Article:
In November, Delaware environmental regulators accused poultry processor Mountaire Farms of 13 permit violations that led to water contamination for nearby residents.
A report issued Monday by the Delaware Center for the Inland Bays claims those violations were part of a chronic problem at the plant that has resulted in “significant pollution” of waters that are granted “the state’s highest level of protection.”
“It’s not just disheartening and frustrating for us, but for really all of the organizations and businesses that have done the right thing, that have stepped up and met regulations and requirements and have sacrificed to do that,” said Chris Bason, executive director of the Center for the Inland Bays.
The 24-year-old nonprofit center was created to help restore and preserve the waterways that are considered jewels of coastal Sussex County.
Using publicly available information and details obtained through Freedom of Information Act requests, the center’s report says the EPA and the state Department of Natural Resources and Environmental Control have not forced the company to comply with conditions of multiple orders.
“It is a very unfortunate set of circumstances that got us to where we are right now, and obviously in hindsight, it would have been great if actions had been taken sooner,” said Scott Andres, a board member with the Center for the Inland Bays.
The report says failures of Mountaire’s wastewater treatment facility resulted in the chicken processor exceeding legal limits for pollutants in water that is sprayed on fields in southern Delaware. Higher-than-allowed levels of fecal coliform, chlorine, and nitrates were found on multiple occasions from April through September of 2017, according to a violation notice filed last year by the Department of Natural Resources and Environmental Control.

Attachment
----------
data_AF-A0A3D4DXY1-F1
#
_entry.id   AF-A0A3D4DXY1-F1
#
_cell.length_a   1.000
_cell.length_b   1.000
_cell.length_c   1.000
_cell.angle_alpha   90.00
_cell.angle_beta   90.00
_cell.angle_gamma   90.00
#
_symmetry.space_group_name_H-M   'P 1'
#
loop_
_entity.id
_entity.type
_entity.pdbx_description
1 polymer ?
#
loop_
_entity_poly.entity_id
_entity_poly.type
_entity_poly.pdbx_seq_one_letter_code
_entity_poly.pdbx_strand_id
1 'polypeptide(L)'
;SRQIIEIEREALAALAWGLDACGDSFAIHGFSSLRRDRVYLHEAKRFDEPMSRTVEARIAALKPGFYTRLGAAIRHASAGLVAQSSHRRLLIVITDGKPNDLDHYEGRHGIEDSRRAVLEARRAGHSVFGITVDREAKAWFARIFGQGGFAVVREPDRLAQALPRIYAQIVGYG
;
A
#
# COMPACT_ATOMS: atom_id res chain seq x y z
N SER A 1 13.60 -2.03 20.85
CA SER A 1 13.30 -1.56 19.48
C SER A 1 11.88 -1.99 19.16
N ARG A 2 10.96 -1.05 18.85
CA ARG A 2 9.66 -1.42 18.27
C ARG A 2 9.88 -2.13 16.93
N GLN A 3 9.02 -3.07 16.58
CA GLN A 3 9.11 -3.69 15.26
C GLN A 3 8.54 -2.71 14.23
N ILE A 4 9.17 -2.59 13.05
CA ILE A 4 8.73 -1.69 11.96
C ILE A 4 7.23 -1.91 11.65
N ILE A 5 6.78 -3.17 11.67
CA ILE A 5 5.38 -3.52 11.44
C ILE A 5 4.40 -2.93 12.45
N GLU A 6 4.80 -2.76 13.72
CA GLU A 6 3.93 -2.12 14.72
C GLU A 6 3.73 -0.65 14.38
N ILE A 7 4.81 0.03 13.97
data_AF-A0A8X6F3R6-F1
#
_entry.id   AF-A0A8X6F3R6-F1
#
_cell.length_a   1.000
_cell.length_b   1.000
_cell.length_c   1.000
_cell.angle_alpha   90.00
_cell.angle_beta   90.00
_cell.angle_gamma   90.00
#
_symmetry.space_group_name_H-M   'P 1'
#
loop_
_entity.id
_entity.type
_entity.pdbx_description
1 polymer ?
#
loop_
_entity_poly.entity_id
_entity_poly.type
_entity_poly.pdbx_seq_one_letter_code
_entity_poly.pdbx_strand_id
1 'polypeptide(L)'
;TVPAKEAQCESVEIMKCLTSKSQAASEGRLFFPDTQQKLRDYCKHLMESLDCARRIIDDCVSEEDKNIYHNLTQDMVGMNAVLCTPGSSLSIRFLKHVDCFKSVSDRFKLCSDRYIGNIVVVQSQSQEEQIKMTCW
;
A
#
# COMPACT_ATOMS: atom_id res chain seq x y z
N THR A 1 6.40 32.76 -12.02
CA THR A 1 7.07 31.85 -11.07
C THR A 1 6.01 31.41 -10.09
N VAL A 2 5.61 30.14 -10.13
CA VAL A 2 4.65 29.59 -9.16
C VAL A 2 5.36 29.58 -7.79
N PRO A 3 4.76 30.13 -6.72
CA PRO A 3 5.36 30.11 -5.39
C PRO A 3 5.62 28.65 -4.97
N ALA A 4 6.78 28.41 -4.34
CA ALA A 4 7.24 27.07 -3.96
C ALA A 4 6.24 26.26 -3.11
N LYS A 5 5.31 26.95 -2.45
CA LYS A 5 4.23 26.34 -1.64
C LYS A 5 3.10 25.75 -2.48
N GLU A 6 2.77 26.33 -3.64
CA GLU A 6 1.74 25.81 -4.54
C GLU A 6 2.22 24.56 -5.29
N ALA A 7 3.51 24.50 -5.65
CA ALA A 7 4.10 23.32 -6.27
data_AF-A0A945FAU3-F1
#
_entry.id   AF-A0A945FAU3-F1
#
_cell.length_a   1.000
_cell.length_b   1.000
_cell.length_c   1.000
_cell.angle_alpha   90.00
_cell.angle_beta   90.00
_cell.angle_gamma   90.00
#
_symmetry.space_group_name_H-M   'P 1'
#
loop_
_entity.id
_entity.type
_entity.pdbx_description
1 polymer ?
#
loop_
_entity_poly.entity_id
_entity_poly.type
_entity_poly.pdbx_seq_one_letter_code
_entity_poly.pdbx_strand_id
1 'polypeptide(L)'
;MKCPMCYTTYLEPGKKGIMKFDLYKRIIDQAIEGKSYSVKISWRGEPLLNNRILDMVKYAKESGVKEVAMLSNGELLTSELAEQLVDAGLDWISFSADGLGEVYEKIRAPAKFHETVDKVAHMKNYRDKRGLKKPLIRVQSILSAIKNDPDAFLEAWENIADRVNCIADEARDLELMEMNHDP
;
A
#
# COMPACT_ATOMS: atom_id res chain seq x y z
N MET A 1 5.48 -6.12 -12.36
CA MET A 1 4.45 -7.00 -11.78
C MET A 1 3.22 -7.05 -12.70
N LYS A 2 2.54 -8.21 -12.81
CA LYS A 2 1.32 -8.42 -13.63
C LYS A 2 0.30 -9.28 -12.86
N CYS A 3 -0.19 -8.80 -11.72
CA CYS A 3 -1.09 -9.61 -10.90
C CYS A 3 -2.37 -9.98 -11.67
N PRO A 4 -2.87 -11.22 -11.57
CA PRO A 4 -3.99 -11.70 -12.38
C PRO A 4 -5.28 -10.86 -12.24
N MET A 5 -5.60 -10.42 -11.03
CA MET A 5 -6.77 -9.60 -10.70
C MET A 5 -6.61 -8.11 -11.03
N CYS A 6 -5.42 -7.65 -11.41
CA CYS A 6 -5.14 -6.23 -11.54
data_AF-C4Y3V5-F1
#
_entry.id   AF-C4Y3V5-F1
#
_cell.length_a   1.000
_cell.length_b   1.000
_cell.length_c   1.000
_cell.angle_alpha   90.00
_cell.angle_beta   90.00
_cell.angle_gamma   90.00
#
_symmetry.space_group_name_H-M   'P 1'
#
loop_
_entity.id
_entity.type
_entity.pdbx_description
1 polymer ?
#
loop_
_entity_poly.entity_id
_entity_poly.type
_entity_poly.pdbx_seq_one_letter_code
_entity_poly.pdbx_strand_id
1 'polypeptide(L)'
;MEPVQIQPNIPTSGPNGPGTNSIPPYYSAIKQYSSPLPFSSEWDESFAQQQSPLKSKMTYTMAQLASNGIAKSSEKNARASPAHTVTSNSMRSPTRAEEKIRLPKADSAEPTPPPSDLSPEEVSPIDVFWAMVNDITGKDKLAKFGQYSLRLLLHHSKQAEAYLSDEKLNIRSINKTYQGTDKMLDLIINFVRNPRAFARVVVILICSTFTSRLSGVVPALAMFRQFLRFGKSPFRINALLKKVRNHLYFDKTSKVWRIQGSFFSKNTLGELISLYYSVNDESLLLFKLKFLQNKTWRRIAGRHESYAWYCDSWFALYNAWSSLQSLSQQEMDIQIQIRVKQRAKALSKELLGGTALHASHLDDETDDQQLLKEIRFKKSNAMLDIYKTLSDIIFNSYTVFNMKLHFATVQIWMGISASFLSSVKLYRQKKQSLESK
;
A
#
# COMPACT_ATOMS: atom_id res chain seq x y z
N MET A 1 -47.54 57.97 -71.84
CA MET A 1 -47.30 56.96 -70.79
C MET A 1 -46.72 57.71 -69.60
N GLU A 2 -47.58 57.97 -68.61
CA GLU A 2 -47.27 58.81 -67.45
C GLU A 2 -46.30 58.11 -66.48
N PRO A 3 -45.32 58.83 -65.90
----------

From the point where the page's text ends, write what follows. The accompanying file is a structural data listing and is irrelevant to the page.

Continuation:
By August 2017, DNREC reported that Mountaire had already exceeded the total amount of nitrogen it was allowed to apply to its farm fields for the whole year. “Reporting through August shows nine out of 13 fields have already exceeded the limit for the calendar year 2017,” the violation notice said. “August’s report alone showed six fields were loaded in excess of the [annual] permit limit just in the month of August.”
Following the notice of violations from DNREC in November, Mountaire fired workers at its Millsboro wastewater treatment. The company said the workers were not doing their jobs. At the time, Mountaire said the company had hired new wastewater employees and was working with DNREC to resolve the high levels of nitrates in water that was sprayed on nearby fields.
In addition to negative impacts on drinking water, the Center for the Inland Bays report says the contamination has contributed to high levels of nitrogen in the Indian River. “The average total nitrogen concentration here is over twice the healthy limit for the river,” the report reads. “Phosphorous is 40 percent higher than the healthy limit, and floating algae (measured as chlorophyll) is more than five times greater than the healthy limit.”
“The same contamination that is affecting groundwater in the area is also affecting the health of the bays and the river, just because that groundwater flows toward the river and it eventually enters it,” Bason said.
He hopes the report would help fulfill the center’s mission of educating the public on the importance of protecting our water. The center is hosting a river rally in Millsboro next month to celebrate the importance of water and to highlight the work the group is doing to bring attention to ways residents can help protect water from pollution.
Mountaire officials did not return WHYY’s requests for comment Monday.